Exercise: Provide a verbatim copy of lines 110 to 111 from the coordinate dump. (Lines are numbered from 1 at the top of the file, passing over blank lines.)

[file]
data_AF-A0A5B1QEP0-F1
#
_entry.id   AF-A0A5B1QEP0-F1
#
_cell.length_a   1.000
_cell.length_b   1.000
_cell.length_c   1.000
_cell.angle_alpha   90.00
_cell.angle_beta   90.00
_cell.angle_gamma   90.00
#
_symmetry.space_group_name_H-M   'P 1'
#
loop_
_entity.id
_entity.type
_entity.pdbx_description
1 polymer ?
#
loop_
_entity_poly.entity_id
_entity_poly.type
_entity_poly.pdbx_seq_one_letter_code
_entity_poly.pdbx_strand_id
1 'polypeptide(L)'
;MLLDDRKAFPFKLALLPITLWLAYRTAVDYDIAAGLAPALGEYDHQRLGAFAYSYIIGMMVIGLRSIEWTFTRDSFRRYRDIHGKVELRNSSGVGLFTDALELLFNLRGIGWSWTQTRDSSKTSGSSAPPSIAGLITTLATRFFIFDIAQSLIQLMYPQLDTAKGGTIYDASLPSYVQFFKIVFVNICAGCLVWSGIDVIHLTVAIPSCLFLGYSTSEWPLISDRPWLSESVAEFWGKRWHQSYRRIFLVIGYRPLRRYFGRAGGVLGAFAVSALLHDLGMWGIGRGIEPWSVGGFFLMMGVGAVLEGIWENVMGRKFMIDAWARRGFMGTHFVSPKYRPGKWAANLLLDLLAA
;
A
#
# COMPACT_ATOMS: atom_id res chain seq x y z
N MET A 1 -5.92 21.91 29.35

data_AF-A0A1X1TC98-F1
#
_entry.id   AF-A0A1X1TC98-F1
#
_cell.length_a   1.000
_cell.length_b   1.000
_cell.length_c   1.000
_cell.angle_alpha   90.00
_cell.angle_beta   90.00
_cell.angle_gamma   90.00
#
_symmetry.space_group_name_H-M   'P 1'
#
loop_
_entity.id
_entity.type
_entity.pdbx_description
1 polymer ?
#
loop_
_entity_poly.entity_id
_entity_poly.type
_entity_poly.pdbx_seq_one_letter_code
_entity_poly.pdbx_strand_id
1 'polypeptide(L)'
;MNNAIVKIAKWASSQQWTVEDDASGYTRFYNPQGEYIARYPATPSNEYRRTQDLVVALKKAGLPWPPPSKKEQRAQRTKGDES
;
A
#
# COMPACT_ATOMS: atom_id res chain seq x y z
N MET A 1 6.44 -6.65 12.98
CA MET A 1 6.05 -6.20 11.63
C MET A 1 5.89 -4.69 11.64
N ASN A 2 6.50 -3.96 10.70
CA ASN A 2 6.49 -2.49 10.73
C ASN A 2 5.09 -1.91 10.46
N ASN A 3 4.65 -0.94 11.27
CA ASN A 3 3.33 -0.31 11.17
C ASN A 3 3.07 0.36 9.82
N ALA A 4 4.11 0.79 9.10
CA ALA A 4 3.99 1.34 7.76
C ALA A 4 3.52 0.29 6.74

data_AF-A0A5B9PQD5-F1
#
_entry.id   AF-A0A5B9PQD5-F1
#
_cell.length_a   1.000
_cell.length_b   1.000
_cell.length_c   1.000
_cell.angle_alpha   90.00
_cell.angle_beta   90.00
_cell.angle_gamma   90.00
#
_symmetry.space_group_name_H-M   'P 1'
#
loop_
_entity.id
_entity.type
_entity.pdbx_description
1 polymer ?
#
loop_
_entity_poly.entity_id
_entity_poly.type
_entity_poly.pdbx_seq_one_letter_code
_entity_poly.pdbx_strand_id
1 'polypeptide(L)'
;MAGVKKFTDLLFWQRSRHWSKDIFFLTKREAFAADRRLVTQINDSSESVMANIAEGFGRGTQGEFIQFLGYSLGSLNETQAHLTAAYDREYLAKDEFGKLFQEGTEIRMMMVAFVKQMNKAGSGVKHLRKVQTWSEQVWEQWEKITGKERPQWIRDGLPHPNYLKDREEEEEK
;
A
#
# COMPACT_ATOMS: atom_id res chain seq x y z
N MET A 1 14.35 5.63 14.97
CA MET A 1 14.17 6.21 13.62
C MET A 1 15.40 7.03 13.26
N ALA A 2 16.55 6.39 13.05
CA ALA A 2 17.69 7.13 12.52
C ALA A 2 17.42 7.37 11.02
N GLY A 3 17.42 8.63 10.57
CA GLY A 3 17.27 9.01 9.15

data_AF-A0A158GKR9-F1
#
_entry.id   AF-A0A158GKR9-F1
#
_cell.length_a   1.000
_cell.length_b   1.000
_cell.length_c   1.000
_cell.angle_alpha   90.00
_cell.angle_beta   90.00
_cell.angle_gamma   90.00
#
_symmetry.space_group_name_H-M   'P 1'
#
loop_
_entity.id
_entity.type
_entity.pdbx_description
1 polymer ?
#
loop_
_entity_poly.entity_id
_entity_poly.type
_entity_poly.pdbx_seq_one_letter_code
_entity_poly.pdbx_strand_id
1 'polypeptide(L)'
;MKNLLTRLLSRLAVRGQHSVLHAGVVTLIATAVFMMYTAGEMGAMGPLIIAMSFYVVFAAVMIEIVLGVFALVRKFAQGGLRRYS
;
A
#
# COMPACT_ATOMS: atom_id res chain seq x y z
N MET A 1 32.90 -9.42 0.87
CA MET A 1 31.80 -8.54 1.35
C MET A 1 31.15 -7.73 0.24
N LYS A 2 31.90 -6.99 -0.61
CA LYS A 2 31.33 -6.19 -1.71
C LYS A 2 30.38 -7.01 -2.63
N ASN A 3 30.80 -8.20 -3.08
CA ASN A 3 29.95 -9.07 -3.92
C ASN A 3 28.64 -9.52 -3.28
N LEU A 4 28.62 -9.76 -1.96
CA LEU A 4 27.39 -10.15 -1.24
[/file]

N GLY A 3 17.42 8.63 10.57
CA GLY A 3 17.27 9.01 9.15